To argue with me surely would be vicious
So shut up and wrap me in my Love’s embrace.

Gloss on a Passage From Marcel Proust’s Swann’s Way
Text1 Commentary Image
When a man is asleep, he has in a circle round him the chain of the hours, the sequence of the years, the order of the heavenly bodies. Instinctively he consults them when he awakes, and in an instant reads off his own position on the earth’s surface and the time that has elapsed during his slumbers; but this ordered procession is apt to grow confused, and to break its ranks. Wrapped more tightly than
a tourniquet
wound round heaven, instinct
conducts us, bloody
placenta of
dream dripping
The cat
is purring
the two year
old pulls
its tail. Then
it is
Suppose that, towards morning, after a night of insomnia, sleep descends upon him while he is reading, in quite a different position from that in which he normally goes to sleep, he has only to lift his arm to arrest the sun and turn it back in its course, and, at the moment of waking, he will have no idea of the time, but will conclude that he has just gone to bed. Book slips through fingers
the foggy mind
remembers, dreamless, until
the smell of morning
lures consciousness
to mistakes;
ready to sleep.
I watch
the dog play
in snow,
a frosted
streak of
umber. Or
is it
a small child?
Or suppose that he dozes off in some even more abnormal and divergent position, sitting in an armchair, for instance, after dinner: then the world will go hurtling out of orbit, the magic chair will carry him at full speed through time and space, and when he opens his eyes again he will imagine that he went to sleep months earlier in another place. Off our rocker we
slip, merge, emerge,
engaging the globe in sense,
sensing the smell of
sorcery or
physics or
History lives.
The smell
of roasted
and the feel–
the rough
armchair gives
me back
my childhood.
But for me it was enough if, in my own bed, my sleep was so heavy as completely to relax my consciousness; for then I lost all sense of the place in which I had gone to sleep, and when I awoke in the middle of the night, not knowing where I was, I could not even be sure at first who I was; I had only the most rudimentary sense of existence, such as may lurk and flicker in the depths of an animal’s consciousness; Make it personal.
Tie it to me
with duct tape and still lose it:
identity. Eyes
darting this way
and that way–
Who am I?
and be defined.
In dark,
the candles,
wax gone,
still flicker,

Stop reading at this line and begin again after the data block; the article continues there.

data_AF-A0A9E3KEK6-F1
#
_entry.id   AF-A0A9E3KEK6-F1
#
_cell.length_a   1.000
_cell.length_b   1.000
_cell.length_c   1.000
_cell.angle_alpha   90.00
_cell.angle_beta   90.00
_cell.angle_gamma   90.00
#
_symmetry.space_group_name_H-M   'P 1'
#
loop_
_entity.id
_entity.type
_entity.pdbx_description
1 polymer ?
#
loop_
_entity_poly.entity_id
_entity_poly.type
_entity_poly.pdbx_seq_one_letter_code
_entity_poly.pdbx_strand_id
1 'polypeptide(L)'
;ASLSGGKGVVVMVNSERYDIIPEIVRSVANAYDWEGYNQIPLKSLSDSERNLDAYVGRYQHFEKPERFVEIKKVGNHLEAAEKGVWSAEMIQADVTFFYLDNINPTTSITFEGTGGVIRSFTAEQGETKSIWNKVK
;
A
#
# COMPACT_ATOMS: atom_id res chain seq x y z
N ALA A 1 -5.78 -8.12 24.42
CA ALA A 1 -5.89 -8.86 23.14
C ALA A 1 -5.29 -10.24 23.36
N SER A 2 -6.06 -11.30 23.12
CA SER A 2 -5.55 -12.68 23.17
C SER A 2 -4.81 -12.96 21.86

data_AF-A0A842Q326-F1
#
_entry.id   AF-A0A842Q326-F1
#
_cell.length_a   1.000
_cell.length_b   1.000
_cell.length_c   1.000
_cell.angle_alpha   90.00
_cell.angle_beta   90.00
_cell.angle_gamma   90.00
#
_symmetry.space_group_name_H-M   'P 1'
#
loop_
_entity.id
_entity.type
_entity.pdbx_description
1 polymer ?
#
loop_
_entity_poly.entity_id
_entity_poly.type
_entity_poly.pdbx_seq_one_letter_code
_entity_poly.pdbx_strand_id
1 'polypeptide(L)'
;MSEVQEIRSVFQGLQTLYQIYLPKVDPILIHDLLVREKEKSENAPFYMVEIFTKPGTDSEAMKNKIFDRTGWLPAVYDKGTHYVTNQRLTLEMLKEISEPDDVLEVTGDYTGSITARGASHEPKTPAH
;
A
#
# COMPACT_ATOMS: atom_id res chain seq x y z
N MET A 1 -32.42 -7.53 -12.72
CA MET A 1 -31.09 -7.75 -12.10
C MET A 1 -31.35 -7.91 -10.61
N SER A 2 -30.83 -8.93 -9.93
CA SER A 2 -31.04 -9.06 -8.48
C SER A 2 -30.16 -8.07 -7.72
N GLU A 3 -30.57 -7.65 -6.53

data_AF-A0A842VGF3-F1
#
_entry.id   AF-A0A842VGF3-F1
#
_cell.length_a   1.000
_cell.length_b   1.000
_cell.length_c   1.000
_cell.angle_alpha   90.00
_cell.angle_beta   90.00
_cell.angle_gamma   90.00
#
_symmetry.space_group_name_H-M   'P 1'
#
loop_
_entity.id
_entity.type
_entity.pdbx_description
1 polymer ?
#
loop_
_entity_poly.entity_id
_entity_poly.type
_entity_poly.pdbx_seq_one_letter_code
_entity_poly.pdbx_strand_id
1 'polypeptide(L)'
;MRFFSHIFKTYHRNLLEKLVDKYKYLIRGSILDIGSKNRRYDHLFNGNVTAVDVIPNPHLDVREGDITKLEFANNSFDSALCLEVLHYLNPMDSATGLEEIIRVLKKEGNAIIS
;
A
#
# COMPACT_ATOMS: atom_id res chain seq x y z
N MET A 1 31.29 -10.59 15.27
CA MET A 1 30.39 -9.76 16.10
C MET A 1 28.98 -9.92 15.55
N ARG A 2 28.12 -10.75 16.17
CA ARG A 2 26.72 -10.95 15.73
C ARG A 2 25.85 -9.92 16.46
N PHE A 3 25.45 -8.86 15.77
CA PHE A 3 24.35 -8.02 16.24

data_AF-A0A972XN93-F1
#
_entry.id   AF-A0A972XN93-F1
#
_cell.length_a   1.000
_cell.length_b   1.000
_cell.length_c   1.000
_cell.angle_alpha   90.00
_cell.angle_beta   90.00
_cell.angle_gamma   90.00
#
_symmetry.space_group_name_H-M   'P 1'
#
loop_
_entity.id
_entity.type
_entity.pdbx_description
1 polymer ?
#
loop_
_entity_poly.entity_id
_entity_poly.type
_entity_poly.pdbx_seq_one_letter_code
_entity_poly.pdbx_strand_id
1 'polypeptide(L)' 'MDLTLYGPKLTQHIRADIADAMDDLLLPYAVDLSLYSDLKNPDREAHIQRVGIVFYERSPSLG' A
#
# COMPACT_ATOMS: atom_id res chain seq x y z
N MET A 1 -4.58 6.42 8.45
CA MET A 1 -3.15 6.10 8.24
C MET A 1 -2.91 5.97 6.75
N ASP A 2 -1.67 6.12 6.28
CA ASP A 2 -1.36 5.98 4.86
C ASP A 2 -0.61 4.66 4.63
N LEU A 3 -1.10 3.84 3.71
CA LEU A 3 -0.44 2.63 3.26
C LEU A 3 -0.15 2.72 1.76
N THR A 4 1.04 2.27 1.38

float on
fumes. The smell:
of cavemen.
I was more destitute than the cave-dweller; but then the memory–not yet of the place in which I was, but of various other places where I had lived and might now very possibly be–would come like a rope let down from heaven to draw me up out of the abyss of not-being, from which I could never have escaped by myself: in a flash I would traverse centuries of civilization, and out of a blurred glimpse of oil-lamps, then of shirts with turned down collars, would gradually piece together the original components of my ego. The chasm surrounds me
echos of past
times, lives, loves, places, faces
cross my mind. I climb
from life to place,
place to face,
face to love.
earth, and roots
cut off
roughly. Hear,
the finch. Feel
water drip
down your back.

1 Text is taken from Proust, Marcel. Swann’s Way: In Search of Lost Time. Trans. C. K. Scott Moncrieff et. al. New York: Modern Library, 1998. 4-5. The original text is a single paragraph. I broke it up into the divisions above.

I. Impotence

“It seems to him there are A thousand bars; and behind the bars, no world.”

You try to break out of your cage
In a feat of fearsome strength. You pace
Behind the bars, and, in your rage,
You try to break out of your cage.
You’re in an unforgiving age;
Society will not embrace
You. Try to break out of your cage
In a feat of fearsome strength, then pace.

II. Power

“The movement of his powerful soft strides is like a ritual dance around a center”

Ignoring bars, in cyclic scope
He plots his path, pursues his prey.
Though never a breath of tight held hope
Escapes the bars. In cyclic scope
He circles with a steady lope.
His eyes, on fire, would like to flay
Offending bars. Instead, to cope,
He plots his path, avoids decay.

The ‘sh’ slid out– shameless, thoughtless,
after I, careless, kicked the couch,
an ‘i’ piled up– a perfect scream
issued as pitch increased, increased.
The ‘t’ breaks, trembling– torn
from my lips, like my nail, lost now
but lingering, drips to a stop, stunned
as blood– like copper, leaks
from my cuticle, cut off.

I like to titivate a lot;
I titivate with all I’ve got.
My titivation knows no bounds.
Although my titivation’s sounds
Sometimes annoy my patient spouse,
I titivate the whole great house.